In 1958 Charlie Taylor, his parents, and younger siblings John and Fran moved to Westport from rural western Kentucky.
It was a culture shock for the Staples High School sophomore. He found friends on the football team and Downshifters hot rod club, and retains a fondness for the town.
Though long removed from here — he’s had successful dual careers with Vanderbilt University and as a Nashville singer/songwriter — he is an avid “0688o” reader.
This summer, Charlie’s thoughts turn to Mahackeno. Today’s it’s a thriving co-ed day camp, on the grounds of the Westport Weston Family YMCA.
Back in the day — when the Y was downtown — it was an equally beloved boys-only camp, in the woods off Wilton Road. Charlie writes:
Ah, Camp Mahackeno!
I was a counselor in training there when I was 15. Bruce Jamison was the director. He had come to Westport from a Y in Massachusetts, and was probably in his late 20’s with a young family. He was an early advisor to the Downshifters as well, along with football and track coach Paul Lane.
Summers were spectacular, with canoe trips full of 6-year-old campers out on the Saugatuck River, and swimming lessons.
Swimming in the Saugatuck River.
All-night campouts were a highlight of the summer for the kids. I remember my first romantic adventures that summer with an older counselor, and my first beer party. (The names are redacted to protect the innocent.)
I remember folk songs around the campfire by Steve Yollen, and in the mornings campers in a circle around the flag saying the Pledge of Allegiance.
Pledge of Allegiance, at Camp Mahackeno.
Eventually my dad hired Bruce to work for the nascent American Cancer Society. He had a brilliant career there, before starting his own fundraising consulting career in Denver.
Westport artist Stephan Dohanos used Camp Mahackeno — and campers there — for this Saturday Evening Post cover.
Camp Mahackeno was the winter headquarters for the Downshifters. It was well equipped, with acetylene torches for metal work. I remember a chain hoist rigged for engine removal/installations as well. Maybe it was attached to a tripod of metal poles.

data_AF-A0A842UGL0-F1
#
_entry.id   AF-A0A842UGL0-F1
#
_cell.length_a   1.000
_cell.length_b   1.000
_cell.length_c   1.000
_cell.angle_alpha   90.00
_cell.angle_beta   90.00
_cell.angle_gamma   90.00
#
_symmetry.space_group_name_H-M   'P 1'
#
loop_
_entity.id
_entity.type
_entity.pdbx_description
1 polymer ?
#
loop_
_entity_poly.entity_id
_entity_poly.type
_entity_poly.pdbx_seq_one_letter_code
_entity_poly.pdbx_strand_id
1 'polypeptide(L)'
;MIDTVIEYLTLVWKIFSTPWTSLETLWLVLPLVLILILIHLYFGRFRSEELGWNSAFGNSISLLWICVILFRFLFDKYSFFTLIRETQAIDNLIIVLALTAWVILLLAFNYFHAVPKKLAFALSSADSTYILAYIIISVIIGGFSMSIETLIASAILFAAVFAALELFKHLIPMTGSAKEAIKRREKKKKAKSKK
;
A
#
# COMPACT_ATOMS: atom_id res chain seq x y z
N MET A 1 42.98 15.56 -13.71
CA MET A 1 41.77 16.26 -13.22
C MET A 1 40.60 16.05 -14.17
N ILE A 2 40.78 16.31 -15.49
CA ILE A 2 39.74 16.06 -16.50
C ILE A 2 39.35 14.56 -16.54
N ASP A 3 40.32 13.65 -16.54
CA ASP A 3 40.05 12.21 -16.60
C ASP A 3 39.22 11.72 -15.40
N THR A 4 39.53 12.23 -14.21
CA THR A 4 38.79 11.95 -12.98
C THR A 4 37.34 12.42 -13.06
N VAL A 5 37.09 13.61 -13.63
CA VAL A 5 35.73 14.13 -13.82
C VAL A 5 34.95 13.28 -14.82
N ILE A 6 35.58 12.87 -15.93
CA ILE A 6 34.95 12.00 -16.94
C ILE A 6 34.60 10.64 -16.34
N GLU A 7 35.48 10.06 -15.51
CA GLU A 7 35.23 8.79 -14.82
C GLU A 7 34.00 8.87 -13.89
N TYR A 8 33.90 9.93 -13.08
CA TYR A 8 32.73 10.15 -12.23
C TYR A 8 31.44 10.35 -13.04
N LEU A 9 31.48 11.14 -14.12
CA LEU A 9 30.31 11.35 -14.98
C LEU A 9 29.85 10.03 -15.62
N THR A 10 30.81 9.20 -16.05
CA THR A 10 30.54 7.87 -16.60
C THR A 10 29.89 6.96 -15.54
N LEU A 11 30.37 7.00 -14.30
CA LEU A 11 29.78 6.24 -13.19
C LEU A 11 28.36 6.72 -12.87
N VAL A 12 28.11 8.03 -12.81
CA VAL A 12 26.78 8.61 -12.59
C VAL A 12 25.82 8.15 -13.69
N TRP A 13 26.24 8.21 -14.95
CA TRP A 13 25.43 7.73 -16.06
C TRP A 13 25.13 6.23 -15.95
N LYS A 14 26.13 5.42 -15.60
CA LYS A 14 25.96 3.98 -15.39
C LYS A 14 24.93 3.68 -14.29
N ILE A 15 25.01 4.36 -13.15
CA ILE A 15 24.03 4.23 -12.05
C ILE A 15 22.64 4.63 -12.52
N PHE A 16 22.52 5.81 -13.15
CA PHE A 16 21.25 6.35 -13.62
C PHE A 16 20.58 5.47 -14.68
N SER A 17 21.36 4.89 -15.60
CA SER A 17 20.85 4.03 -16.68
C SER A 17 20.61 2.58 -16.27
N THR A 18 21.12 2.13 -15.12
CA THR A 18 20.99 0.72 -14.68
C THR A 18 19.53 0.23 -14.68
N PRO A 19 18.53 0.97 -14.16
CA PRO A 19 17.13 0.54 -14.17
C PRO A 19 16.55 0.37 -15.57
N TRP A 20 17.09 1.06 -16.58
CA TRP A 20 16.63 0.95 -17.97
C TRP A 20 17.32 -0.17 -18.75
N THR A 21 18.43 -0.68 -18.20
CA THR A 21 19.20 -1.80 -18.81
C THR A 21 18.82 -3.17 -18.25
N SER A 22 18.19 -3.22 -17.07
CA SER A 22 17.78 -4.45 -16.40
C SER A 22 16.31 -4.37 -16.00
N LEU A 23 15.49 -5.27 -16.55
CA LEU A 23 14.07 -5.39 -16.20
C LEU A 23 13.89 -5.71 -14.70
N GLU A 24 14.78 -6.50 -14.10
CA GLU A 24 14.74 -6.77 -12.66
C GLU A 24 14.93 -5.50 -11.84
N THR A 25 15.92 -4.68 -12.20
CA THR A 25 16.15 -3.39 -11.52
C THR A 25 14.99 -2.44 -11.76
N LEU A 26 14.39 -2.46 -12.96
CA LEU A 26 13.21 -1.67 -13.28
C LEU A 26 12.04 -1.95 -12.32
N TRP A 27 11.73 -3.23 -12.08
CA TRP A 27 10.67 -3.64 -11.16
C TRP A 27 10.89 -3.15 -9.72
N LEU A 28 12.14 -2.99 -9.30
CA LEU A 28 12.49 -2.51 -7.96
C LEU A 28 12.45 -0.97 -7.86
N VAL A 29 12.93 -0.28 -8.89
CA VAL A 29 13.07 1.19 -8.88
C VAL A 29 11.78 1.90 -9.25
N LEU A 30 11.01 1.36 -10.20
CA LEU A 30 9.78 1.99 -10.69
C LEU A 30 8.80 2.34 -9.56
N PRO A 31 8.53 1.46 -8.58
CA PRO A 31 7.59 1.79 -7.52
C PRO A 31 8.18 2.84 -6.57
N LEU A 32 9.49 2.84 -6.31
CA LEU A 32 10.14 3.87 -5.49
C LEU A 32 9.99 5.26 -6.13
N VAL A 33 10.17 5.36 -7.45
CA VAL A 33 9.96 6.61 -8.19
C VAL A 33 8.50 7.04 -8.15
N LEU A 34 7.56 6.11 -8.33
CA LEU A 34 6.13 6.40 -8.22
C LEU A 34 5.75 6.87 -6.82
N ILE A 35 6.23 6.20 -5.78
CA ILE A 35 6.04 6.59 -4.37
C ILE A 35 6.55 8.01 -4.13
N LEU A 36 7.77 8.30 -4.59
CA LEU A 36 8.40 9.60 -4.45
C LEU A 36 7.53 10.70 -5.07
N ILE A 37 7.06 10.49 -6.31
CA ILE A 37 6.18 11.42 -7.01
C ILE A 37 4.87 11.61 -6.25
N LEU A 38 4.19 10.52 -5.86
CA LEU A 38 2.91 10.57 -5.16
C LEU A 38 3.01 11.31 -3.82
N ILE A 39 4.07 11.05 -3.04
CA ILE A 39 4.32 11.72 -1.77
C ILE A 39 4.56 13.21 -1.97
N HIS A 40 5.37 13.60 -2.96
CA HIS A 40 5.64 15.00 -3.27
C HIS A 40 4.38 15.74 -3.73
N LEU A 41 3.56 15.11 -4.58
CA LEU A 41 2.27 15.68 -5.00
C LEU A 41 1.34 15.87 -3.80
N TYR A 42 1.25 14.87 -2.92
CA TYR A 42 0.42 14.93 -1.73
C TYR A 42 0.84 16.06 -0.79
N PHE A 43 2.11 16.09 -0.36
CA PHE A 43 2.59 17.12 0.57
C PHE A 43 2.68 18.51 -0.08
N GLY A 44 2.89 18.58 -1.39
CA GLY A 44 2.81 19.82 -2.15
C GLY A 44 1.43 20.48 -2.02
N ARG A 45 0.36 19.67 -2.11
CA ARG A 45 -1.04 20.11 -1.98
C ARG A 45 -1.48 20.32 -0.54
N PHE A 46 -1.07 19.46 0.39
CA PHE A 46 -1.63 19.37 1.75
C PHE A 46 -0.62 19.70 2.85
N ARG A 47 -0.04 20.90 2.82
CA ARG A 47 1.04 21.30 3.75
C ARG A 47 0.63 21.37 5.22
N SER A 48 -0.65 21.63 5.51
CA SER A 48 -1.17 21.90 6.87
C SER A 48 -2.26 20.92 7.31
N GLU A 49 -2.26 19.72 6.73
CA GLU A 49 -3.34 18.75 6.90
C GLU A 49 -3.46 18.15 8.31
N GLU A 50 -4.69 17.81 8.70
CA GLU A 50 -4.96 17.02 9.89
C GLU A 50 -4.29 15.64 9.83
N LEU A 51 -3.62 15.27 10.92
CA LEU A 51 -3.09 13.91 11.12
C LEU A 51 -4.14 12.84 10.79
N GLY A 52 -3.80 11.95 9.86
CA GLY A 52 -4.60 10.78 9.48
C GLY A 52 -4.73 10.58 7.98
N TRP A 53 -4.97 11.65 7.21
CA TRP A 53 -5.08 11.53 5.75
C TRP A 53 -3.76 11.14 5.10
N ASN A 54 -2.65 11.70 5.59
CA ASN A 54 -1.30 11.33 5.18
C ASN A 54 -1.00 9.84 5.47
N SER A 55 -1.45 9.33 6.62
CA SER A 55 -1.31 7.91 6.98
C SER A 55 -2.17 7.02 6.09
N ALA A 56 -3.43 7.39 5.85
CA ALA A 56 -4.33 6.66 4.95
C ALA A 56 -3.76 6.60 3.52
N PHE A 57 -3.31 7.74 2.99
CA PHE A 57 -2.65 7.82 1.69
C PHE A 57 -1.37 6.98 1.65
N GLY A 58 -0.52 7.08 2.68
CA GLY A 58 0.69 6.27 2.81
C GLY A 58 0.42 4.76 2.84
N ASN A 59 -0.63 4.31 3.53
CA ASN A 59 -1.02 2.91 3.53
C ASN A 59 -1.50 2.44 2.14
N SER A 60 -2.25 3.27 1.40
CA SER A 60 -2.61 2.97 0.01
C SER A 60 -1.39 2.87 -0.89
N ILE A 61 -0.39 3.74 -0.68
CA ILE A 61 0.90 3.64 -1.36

A magazine story on the Downshifters.
There was a lot of camaraderie there. A radio helped us stay abreast of the newest hits of the day on the night shift from WINS, WABC, Murray the K and Alan Freed.
The Downshifters at Camp Mahackeno, with a Model A Ford.
Westport was a hidden gem back then. It was close to New York, but just far away enough to have its own pristine identity.
Put another way: It was a million miles away from my home town of Mayfield, Kentucky (or what’s left of it now, after a tornado almost totally ripped it off the map in December, 2021; this week, it endured extreme flooding).
To move from rural Kentucky in 1958, and then grow up in Westport, were two radically different experiences. I’m lucky I was able to experience those two different worlds as a teenager.
When I went back to visit my friends in Mayfield during high school, people thought I was making up stories about Staples and the Downshifters, the beach, the hot rods, and of course access to theaters in New York.
Not to mention Paul Newman sightings, working for the Bedford estate on Beachside Avenue, lifeguarding at Compo, Burying Hill and the rest.
Westport shaped me into who I have become. I’ll be forever grateful to my dad for having the vision to move our family there.